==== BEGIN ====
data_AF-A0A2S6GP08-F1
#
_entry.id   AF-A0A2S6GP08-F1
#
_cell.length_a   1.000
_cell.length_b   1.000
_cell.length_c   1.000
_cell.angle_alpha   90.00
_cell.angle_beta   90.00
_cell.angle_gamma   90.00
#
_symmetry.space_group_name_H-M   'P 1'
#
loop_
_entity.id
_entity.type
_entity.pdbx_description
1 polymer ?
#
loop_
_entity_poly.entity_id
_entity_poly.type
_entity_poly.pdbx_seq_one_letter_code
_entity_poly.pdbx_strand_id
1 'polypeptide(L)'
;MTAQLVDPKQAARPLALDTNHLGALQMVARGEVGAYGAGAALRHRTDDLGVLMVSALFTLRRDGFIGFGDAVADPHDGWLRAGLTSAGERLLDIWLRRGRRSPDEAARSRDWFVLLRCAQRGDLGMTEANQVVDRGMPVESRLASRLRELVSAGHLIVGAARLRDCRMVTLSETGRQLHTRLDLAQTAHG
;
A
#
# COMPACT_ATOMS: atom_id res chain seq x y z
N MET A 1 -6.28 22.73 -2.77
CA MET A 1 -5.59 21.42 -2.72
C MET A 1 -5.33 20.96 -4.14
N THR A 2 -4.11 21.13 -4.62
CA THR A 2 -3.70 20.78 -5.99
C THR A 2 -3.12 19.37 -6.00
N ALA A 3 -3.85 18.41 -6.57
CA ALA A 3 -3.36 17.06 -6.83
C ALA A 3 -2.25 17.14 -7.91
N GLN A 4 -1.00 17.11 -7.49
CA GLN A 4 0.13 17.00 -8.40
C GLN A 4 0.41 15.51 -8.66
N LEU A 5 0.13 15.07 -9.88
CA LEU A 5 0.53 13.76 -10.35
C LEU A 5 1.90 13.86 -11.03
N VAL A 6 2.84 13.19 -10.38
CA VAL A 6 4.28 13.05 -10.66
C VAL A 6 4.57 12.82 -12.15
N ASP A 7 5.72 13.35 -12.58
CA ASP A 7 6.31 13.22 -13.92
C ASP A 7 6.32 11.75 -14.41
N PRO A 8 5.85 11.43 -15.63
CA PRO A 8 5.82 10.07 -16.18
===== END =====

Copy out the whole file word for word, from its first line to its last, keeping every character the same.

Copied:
data_AF-A0A2S6GP08-F1
#
_entry.id   AF-A0A2S6GP08-F1
#
_cell.length_a   1.000
_cell.length_b   1.000
_cell.length_c   1.000
_cell.angle_alpha   90.00
_cell.angle_beta   90.00
_cell.angle_gamma   90.00
#
_symmetry.space_group_name_H-M   'P 1'
#
loop_
_entity.id
_entity.type
_entity.pdbx_description
1 polymer ?
#
loop_
_entity_poly.entity_id
_entity_poly.type
_entity_poly.pdbx_seq_one_letter_code
_entity_poly.pdbx_strand_id
1 'polypeptide(L)'
;MTAQLVDPKQAARPLALDTNHLGALQMVARGEVGAYGAGAALRHRTDDLGVLMVSALFTLRRDGFIGFGDAVADPHDGWLRAGLTSAGERLLDIWLRRGRRSPDEAARSRDWFVLLRCAQRGDLGMTEANQVVDRGMPVESRLASRLRELVSAGHLIVGAARLRDCRMVTLSETGRQLHTRLDLAQTAHG
;
A
#
# COMPACT_ATOMS: atom_id res chain seq x y z
N MET A 1 -6.28 22.73 -2.77
CA MET A 1 -5.59 21.42 -2.72
C MET A 1 -5.33 20.96 -4.14
N THR A 2 -4.11 21.13 -4.62
CA THR A 2 -3.70 20.78 -5.99
C THR A 2 -3.12 19.37 -6.00
N ALA A 3 -3.85 18.41 -6.57
CA ALA A 3 -3.36 17.06 -6.83
C ALA A 3 -2.25 17.14 -7.91
N GLN A 4 -1.00 17.11 -7.49
CA GLN A 4 0.13 17.00 -8.40
C GLN A 4 0.41 15.51 -8.66
N LEU A 5 0.13 15.07 -9.88
CA LEU A 5 0.53 13.76 -10.35
C LEU A 5 1.90 13.86 -11.03
N VAL A 6 2.84 13.19 -10.38
CA VAL A 6 4.28 13.05 -10.66
C VAL A 6 4.57 12.82 -12.15
N ASP A 7 5.72 13.35 -12.58
CA ASP A 7 6.31 13.22 -13.92
C ASP A 7 6.32 11.75 -14.41
N PRO A 8 5.85 11.43 -15.63
CA PRO A 8 5.82 10.07 -16.18